Case studies on environmental impact of seawater desalination

nov-01 de 2005 / Volumen 185


ISSN: 0011-9164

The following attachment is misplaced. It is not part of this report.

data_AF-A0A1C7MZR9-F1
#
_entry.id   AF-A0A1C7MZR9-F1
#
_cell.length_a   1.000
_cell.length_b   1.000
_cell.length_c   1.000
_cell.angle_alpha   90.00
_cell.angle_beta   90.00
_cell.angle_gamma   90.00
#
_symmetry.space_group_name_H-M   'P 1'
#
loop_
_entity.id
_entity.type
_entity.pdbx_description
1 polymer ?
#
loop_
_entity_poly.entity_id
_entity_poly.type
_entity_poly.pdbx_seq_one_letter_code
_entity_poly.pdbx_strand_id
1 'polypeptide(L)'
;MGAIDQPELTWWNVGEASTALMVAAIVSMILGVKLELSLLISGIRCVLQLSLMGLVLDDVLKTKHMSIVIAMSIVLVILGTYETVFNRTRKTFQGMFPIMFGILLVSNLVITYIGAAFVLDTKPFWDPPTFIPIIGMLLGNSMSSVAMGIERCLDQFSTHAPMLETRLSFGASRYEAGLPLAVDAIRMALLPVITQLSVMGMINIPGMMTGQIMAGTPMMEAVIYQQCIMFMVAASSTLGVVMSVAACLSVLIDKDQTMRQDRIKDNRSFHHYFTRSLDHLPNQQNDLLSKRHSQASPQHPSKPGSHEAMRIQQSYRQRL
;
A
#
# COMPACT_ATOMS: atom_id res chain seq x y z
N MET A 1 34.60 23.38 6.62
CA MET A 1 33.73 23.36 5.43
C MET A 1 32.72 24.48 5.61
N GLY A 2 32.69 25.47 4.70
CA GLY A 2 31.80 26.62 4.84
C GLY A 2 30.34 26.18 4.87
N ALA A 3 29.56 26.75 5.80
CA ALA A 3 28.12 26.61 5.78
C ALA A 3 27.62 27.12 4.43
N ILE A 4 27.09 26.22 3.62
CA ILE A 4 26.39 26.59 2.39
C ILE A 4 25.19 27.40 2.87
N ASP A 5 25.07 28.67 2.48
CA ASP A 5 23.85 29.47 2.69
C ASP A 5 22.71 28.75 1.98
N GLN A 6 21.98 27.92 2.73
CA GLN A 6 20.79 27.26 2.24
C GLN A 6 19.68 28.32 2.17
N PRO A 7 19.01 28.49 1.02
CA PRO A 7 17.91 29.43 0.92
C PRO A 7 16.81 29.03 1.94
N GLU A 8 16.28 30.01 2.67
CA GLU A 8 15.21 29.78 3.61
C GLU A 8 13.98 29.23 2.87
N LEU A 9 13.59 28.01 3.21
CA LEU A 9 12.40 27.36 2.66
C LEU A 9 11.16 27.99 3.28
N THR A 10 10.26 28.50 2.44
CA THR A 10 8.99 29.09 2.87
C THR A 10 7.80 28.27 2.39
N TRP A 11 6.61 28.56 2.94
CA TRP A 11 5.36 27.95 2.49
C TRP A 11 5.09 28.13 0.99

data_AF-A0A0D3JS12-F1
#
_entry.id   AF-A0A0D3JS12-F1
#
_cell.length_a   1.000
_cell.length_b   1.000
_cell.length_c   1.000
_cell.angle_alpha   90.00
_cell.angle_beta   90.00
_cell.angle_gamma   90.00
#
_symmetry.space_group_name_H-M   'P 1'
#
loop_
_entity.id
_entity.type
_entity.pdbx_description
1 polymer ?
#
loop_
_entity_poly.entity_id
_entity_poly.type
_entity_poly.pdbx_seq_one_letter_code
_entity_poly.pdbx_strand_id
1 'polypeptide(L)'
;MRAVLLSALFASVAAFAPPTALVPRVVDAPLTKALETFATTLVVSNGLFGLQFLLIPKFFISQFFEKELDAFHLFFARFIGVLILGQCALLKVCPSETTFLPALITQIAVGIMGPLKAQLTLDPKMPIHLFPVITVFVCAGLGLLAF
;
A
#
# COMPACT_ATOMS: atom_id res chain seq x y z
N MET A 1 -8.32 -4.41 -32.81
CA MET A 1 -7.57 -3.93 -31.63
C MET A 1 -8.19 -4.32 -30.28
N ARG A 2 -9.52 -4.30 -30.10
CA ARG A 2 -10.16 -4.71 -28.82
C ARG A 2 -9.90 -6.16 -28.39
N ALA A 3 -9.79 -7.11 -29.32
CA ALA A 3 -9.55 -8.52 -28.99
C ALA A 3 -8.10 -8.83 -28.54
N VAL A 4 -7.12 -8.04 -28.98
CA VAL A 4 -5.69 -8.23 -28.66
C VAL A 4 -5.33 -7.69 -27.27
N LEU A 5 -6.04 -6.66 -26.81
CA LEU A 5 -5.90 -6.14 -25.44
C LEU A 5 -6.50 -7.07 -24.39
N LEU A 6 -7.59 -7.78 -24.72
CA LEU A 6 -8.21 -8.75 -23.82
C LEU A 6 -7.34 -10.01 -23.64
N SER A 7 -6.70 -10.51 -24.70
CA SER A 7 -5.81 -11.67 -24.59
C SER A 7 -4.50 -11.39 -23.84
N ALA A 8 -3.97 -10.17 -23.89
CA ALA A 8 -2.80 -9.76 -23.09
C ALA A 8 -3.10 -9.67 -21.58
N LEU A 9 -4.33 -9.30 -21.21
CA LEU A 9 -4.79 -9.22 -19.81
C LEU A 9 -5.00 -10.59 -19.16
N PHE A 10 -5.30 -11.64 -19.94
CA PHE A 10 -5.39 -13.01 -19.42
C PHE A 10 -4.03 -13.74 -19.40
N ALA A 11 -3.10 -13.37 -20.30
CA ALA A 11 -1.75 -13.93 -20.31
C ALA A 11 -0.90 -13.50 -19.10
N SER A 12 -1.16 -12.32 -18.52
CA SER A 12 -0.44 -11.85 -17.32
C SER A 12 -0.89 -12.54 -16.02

Water desalination processes have contributed to a better standard of living in a number of countries during the second half of the 20th century, following an increase in water demand for drinking purposes as well as industrial and agricultural uses. However, the technologies used in water desalination are also accompanied by adverse environmental effects. There are several effects to be considered in desalination plants, such as the use of the land, the groundwater, the marine environment, noise pollution and the use of energy, amongst others. To protect and preserve the environment, most countries turned to assess the environment impacts produced by desalination plants. Seawater desalination plants are located by the shoreline, to supply desalted water to the population of the main cities and other uses. The construction of both the desalination plants and all the required infrastructure in coastal areas affects the local environment. The impact on groundwater is due to the seawater pipes leaks which could contaminate the aquifers. The high salt concentration in the brine and several chemical products used in the desalination process are returned to the sea. Most impacts on the marine environment arise as a consequence of the brine discharge and their effects could be worse in the Mediterranean sea than in other areas. With respect to the noise pollution produced by the desalination. plants, there is always an impact on the plant operators and also on the towns and villages nearby. One of the major indirect environmental impacts is the use of the energy required by desalination plants, particularly when electricity is produced by burning of oil, which in turn boosts the process of global warming. In this paper, we analyse the environmental problems of seawater reverse osmosis desalination plants, focusing on some case studies located in Canary Islands, and describing the major impacts identified. Environmental monitoring is done by the water and environmental authorities, based on regional regulations which turn out to be more restrictive than national legislation.